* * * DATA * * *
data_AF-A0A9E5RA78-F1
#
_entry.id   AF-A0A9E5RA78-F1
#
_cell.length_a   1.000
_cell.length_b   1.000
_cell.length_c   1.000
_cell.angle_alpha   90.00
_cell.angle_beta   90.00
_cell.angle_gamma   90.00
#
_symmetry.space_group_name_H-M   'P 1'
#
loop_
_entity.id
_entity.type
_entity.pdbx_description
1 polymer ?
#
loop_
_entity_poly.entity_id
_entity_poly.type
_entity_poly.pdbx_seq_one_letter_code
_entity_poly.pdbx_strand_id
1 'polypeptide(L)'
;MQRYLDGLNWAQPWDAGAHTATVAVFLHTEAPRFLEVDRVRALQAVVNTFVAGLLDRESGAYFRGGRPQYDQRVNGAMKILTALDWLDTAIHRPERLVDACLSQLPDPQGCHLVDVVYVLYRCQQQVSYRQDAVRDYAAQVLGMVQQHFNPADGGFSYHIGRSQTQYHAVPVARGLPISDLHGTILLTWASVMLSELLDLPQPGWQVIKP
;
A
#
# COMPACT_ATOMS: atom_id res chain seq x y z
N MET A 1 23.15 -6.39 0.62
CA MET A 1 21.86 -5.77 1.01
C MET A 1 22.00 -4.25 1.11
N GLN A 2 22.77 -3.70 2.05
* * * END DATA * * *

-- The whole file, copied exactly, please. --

data_AF-A0A9E5RA78-F1
#
_entry.id   AF-A0A9E5RA78-F1
#
_cell.length_a   1.000
_cell.length_b   1.000
_cell.length_c   1.000
_cell.angle_alpha   90.00
_cell.angle_beta   90.00
_cell.angle_gamma   90.00
#
_symmetry.space_group_name_H-M   'P 1'
#
loop_
_entity.id
_entity.type
_entity.pdbx_description
1 polymer ?
#
loop_
_entity_poly.entity_id
_entity_poly.type
_entity_poly.pdbx_seq_one_letter_code
_entity_poly.pdbx_strand_id
1 'polypeptide(L)'
;MQRYLDGLNWAQPWDAGAHTATVAVFLHTEAPRFLEVDRVRALQAVVNTFVAGLLDRESGAYFRGGRPQYDQRVNGAMKILTALDWLDTAIHRPERLVDACLSQLPDPQGCHLVDVVYVLYRCQQQVSYRQDAVRDYAAQVLGMVQQHFNPADGGFSYHIGRSQTQYHAVPVARGLPISDLHGTILLTWASVMLSELLDLPQPGWQVIKP
;
A
#
# COMPACT_ATOMS: atom_id res chain seq x y z
N MET A 1 23.15 -6.39 0.62
CA MET A 1 21.86 -5.77 1.01
C MET A 1 22.00 -4.25 1.11
N GLN A 2 22.77 -3.70 2.05